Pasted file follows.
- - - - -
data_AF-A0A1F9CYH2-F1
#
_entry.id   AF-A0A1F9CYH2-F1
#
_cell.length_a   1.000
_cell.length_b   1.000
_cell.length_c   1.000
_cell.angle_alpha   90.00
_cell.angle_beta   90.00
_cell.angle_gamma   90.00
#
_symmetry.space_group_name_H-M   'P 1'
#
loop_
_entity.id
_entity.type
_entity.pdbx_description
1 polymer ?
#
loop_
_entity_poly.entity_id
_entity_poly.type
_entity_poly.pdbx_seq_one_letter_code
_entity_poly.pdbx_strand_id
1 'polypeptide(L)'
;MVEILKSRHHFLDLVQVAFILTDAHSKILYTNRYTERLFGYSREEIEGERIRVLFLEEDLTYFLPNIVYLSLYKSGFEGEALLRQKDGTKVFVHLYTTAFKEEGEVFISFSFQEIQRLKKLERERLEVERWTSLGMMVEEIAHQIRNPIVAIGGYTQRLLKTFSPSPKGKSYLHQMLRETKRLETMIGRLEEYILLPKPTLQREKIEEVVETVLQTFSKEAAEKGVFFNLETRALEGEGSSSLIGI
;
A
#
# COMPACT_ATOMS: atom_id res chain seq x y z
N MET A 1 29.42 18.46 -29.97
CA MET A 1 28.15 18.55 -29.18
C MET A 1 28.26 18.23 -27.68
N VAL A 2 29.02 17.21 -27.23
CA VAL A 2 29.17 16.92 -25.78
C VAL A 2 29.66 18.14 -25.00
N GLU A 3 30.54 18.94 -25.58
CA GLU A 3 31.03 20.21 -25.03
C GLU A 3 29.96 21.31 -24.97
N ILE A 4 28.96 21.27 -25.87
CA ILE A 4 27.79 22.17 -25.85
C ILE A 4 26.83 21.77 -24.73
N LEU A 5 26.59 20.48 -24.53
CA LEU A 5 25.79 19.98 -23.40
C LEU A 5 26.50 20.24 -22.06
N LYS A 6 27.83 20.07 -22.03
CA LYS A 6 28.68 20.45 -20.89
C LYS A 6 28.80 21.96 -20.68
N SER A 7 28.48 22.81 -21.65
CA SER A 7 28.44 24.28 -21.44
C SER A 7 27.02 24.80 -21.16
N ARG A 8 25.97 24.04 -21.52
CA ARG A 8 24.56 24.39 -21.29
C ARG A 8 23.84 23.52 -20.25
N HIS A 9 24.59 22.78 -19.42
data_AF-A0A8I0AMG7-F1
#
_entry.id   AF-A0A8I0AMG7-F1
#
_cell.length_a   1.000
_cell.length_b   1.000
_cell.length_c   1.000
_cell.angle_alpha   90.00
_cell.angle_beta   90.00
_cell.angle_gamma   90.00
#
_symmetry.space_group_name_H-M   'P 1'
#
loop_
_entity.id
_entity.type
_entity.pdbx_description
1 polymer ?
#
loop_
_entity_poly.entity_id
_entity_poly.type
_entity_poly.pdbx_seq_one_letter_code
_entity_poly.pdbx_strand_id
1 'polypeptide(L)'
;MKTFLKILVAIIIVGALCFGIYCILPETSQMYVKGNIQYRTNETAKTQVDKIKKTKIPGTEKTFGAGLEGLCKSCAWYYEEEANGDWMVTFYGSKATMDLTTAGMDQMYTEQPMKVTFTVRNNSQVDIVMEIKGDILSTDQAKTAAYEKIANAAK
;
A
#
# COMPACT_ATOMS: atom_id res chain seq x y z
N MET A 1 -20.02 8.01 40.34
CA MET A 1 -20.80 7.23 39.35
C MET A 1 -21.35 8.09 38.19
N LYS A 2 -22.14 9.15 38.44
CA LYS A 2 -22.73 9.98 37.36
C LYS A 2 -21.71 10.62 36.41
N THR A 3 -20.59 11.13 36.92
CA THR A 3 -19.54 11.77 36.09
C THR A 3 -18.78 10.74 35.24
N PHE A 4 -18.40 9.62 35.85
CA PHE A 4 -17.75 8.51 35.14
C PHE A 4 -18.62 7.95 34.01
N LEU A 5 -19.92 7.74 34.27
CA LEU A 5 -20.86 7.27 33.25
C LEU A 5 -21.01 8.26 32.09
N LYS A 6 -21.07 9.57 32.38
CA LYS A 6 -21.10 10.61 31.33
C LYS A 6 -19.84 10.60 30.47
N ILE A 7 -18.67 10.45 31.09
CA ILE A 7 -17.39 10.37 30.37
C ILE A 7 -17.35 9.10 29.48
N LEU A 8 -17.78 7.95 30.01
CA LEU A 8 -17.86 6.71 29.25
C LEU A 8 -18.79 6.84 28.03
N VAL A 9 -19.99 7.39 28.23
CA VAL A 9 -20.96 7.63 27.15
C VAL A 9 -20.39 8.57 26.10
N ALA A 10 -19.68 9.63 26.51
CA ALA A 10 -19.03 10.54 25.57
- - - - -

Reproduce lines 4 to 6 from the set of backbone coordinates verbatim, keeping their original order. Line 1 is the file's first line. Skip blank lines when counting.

#
_cell.length_a   1.000
_cell.length_b   1.000